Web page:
Gypsophilia Brings the World to Montreal

Gypsophilia Gypsophilia

I already knew that Gypsophilia was Halifax’s premiere party band, but what I didn’t know was that Stevie Wonder once opened for them. Yes, that’s right, at the 2009 Montreal Jazz Fest, Stevie Wonder played the opening outdoor show on the first night, and Gypsophilia played on the same stage the second night. So, you know, in a manner of speaking, the king of soul sorta kinda opened for the Halifax fusion-gypsy-jazz-klezmer-swing-Brazilian-reggae seven-piece. At least that’s the way Ross Burns tells it.

 

Gypsophilia is nothing if not humorous — front man Ross repeatedly had to remind the audience that Saturday night’s show at Upstairs was not actually a standup routine. Not that we really needed reminding. The music was brimming with a contagious energy that had the audience dancing even while seated in the tiny sold-out venue. If you missed the weekend show, be sure to check them out at Divan Orange on Thursday so that you can actually dance while standing up, which promises to be more effective. Because Gypsophilia just wants everyone to have a good time, and usually that’s easier to do on a dance floor.

 

Gypsophilia

Gypsophilia

Despite the many influences apparent in the band’s music, their sound is uniquely their own. Gina Burgess’s virtuosic fiddling provides a perfect counterpoint to Matt Myer’s equally accomplished trumpet playing; Adam Fine works the double bass in his baby blue plaid suit and bowtie; and the three guitarists Alec Frith, Nick Wilkinson, and Ross Burns take turns playing rhythm and soloing (one member, Sageev Oore, wasn’t able to make it to Montreal). But really it’s the assorted percussion instruments, played by Ross, that seal the sound. Who knew that the tambourine was so versatile, or that the Afro-Brazilian berimbau sounded so cool. And how did I make it through all those years of music school and music fandom and never encounter a Brazilian cuica?! This unassuming little drum expresses every possible human emotion, according to Ross. But here’s the great thing about it: it expresses them by means of a nipple, a stick, and a wet rag. I mean really, why would anyone ever make music without this special little drum?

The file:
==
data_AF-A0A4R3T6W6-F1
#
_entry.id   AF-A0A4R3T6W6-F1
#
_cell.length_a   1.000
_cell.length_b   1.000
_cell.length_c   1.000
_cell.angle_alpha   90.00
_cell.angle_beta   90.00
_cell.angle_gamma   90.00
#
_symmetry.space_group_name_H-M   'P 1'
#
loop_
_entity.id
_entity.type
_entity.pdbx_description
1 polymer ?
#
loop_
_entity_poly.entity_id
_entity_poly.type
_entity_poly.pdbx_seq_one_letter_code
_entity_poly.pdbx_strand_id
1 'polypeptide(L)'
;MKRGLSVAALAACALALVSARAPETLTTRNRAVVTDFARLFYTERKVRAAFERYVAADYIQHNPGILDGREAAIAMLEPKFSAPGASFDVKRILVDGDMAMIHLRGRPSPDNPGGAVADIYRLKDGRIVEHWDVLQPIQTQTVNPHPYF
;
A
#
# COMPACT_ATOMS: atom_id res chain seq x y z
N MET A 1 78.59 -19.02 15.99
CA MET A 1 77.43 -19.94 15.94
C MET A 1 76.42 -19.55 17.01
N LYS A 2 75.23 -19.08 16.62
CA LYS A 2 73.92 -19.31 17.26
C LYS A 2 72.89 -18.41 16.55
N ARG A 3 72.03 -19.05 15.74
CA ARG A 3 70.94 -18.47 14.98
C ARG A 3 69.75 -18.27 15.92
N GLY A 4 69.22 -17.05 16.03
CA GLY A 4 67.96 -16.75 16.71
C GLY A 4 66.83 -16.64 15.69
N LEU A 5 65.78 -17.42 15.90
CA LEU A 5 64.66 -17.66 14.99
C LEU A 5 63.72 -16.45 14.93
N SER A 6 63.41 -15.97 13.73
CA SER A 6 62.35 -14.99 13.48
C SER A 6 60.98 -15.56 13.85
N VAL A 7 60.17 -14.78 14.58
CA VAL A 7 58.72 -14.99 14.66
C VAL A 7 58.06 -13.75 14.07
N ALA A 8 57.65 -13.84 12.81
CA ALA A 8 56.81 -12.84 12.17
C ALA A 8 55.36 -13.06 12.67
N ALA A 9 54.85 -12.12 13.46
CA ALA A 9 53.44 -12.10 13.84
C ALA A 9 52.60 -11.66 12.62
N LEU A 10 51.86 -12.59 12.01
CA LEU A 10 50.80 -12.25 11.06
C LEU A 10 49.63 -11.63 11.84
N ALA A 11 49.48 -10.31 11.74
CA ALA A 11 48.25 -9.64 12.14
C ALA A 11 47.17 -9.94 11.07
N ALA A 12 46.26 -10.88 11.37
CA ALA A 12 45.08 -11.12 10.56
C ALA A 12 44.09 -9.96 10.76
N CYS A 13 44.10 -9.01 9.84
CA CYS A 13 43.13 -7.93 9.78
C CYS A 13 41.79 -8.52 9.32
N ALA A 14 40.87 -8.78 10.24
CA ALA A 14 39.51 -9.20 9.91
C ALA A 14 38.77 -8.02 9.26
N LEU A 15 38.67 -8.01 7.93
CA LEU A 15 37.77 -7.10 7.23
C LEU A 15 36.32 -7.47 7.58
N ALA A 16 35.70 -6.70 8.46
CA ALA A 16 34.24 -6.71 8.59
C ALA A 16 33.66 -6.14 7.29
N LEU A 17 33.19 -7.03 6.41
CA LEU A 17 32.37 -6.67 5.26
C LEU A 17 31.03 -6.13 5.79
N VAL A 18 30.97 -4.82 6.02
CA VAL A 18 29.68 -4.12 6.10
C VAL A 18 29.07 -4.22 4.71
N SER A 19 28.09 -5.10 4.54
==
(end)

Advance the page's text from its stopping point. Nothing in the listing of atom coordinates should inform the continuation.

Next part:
Each tune has its own feel, from the swinging “Montreal,” an homage to our fair city in the 30s, to the klezmery “Insomniac’s Dream,” written by Burgess, to the bluesy and beautiful “Sara and Agricola,” about an intersection in Halifax where two lovers must decide which way to go. References to 80s pop tunes are hidden at the heart of some numbers, while others may remind you of songs you think you know but can’t quite identify. The one thing that ties it all together is the members’ love of music and performing and engaging the audience, keeping it real while the world spins round.

 

Gypsophilia played Upstairs Jazz Bar and Grill Saturday November 15. They play at Divan Orange (4234 St. Laurent Blvd) as part of Mundial Montreal Thursday November 20 at 4:20p.m. Free.

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